What the show purports to do is to radically transform multiple aspects of individuals’ lives—and especially lives marred by what are perceived as physical setbacks—via the provision of a luxurious new house, albeit sometimes with the addition of automobiles, mortgage payments or college scholarships. In some ways the assumptions underpinning EMHE fit with a social constructionist body theory that posits an almost infinitely flexible physical matter, of which the definitions and capabilities are largely determined by social concepts and institutions. The social model within the disability studies field has used this theoretical perspective to emphasise the distinction between an impairment, “the physical fact of lacking an arm or a leg,” and disability, “the social process that turns an impairment into a negative by creating barriers to access” (Davis, Bending 12).

Accessible housing has certainly been one emphasis of disability rights activists, and many of them have focused on how “design conceptions, in relation to floor plans and allocation of functions to specific spaces, do not conceive of impairment, disease and illness as part of domestic habitation or being” (Imrie 91). In this regard, EMHE appears as a paragon. In one of its most challenging and dramatic Season 1 episodes, the “Design Team” worked on the home of the Ziteks, whose twenty-two-year-old son had been restricted to a sub-floor of the three-level structure since a car accident had paralyzed him. The show refitted the house with an elevator, roll-in bathroom and shower, and wheelchair-accessible doors. Robert Zitek was also provided with sophisticated computer equipment that would help him produce music, a life-long interest that had been halted by his upper-vertebra paralysis.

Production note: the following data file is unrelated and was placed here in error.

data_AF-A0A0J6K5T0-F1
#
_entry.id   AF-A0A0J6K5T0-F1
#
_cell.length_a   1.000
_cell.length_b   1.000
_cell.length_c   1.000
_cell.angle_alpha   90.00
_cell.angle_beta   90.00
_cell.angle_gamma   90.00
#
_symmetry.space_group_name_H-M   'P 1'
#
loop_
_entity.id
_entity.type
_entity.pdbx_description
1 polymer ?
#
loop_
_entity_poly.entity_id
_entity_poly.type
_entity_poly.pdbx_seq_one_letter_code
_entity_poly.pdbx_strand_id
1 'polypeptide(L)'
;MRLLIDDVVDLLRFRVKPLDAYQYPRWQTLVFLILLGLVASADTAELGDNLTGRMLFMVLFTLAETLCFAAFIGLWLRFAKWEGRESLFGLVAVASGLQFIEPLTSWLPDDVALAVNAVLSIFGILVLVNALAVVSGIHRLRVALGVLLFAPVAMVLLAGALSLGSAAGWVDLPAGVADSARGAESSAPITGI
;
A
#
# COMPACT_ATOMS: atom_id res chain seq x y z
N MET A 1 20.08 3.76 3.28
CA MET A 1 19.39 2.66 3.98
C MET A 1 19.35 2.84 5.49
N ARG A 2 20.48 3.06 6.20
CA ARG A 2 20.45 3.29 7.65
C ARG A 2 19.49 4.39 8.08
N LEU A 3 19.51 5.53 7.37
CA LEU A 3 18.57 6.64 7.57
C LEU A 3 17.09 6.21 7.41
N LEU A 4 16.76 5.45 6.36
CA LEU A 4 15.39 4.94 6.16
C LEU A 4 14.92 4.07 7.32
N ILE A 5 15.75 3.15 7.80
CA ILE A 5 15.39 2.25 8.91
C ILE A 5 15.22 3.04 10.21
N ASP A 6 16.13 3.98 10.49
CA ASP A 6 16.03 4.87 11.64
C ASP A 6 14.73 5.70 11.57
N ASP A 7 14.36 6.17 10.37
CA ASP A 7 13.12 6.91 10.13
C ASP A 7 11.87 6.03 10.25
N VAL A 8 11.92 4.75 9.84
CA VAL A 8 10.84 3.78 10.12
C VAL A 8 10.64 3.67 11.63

Such examples abound in the new EMHE houses, which have been constructed for families featuring situations such as both blind and deaf members, a child prone to bone breaks due to osteogenesis imperfecta, legs lost in Iraq warfare, allergies that make mold life-threatening, sun sensitivity due to melanoma or polymorphic light eruption or migraines, fragile immune systems (often due to organ transplants or chemotherapy), cerebral palsy, multiple sclerosis, Krabbe disease and autism. EMHE tries to set these lives right via the latest in technology and treatment—computer communication software and hardware, lock systems, wheelchair-friendly design, ventilation and air purification set-ups, the latest in care and mental health approaches for various disabilities and occasional consultations with disabled celebrities like Marlee Matlin. Even when individuals or familes are “[d]iscriminated against on a daily basis by ignorance and physical challenges,” as the program website notes, they “deserve to have a home that doesn’t discriminate against them” (EMHE website, Season 3, Episode 4). The relief that they will be able to inhabit accessible and pleasant environments is evident on the faces of many of these recipients. That physical ease, that ability to move and perform the intimate acts of domestic life, seems according to the show’s narrative to be the most basic element of home. Nonetheless, as Robert Imrie has pointed out, superficial accessibility may still veil “a static, singular conception of the body” (201) that prevents broader change in attitudes about people with disabilities, their activities and their spaces.